Creating Systems Transformation in Education

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Dec 11, 2018
by Louise Hallman
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Creating Systems Transformation in Education

Participants discuss how to ensure Social and Emotional learning continues through changes in governments and policies Integrating SEL at a systems level needs buy-in from all actors in the education system

Education policies are often introduced but then thrown out on the changing of administrations, political or otherwise. To avoid this, social and emotional learning (SEL) needs to be adopted at a systems level.

As experts from India, the US, New Zealand, and Kenya explained on the first full day of Social and Emotional Learning: A Global Synthesis, integrating SEL at a systems level needs buy-in from all actors in the education system.

In schools, SEL should be encouraged not only for students, but also teachers and all other staff throughout the school. Outside of individual schools, buy-in is needed from the school districts and local education administration, such as having someone within the school district who is responsible and can advocate for SEL.

The buy-in of parents and students is also vital to ensuring the long-term support for and success of SEL. Often, parents complain that time spent on SEL programs is a “time-taker” from the more traditionally revered academic subjects. However, evidence shows improved SEL can be a “time-maker” as it enables students to engage better, pay attention, and process information, as well as work more collaboratively with their peers in a more learning-conducive environment thanks to reduced anti-social behavior, such as classroom disruption or bullying.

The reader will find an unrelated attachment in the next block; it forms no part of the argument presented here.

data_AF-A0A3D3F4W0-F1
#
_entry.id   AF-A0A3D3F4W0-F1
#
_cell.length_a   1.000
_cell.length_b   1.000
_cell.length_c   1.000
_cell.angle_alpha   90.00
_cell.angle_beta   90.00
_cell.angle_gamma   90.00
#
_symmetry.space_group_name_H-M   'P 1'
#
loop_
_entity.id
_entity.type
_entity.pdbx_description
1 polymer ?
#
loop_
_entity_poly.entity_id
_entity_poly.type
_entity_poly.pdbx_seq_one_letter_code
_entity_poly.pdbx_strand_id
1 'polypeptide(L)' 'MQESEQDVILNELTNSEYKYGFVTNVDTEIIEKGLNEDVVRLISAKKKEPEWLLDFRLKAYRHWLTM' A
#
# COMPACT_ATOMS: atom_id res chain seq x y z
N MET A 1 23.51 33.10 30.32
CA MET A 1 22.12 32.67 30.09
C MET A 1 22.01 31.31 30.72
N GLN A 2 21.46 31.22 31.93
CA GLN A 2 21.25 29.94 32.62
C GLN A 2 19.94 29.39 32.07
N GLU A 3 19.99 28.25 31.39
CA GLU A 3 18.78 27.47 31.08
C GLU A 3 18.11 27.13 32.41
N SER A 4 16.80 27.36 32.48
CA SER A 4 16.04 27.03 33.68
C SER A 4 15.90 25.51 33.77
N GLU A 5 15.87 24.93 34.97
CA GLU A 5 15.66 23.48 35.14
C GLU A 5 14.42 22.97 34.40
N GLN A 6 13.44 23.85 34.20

Unable to travel to Salzburg but undeterred from sharing his innovative policy, Delhi education minister Manish Sisodia filmed a video that morning in a city classroom to introduce the “Happiness Class.” This program is a new addition to schools’ curriculum in the Indian capital and aims to improve students’ mindfulness and confidence, which in turn will have an impact on their attainment in their other academic subjects.

SEL does not have to be delivered as a separate course such as the Happiness Class, but can instead be integrated into other subject areas. Languages, literature, and geography can help develop cultural awareness and empathy; history teaches critical thinking; and team-building can be improved through PE and drama, for example.

Achieving system-wide transformation thus needs both a top-down and a bottom-up approach, but bottom-up need not start only with the parents, teachers, and students. High-ranking local officials, such as school superintendents in the US, can be powerful advocates in spreading change outward and upward.


The program Social and Emotional Learning: A Global Synthesis is part of Salzburg Global's multi-year series Education for Tomorrow’s World. This year’s program is being held in partnership with ETS, Microsoft and Qatar Foundation International, who will also co-chair the program, together with additional partners, the British Council, the Calouste Gulbenkian Foundation and the Inter-American Development Bank.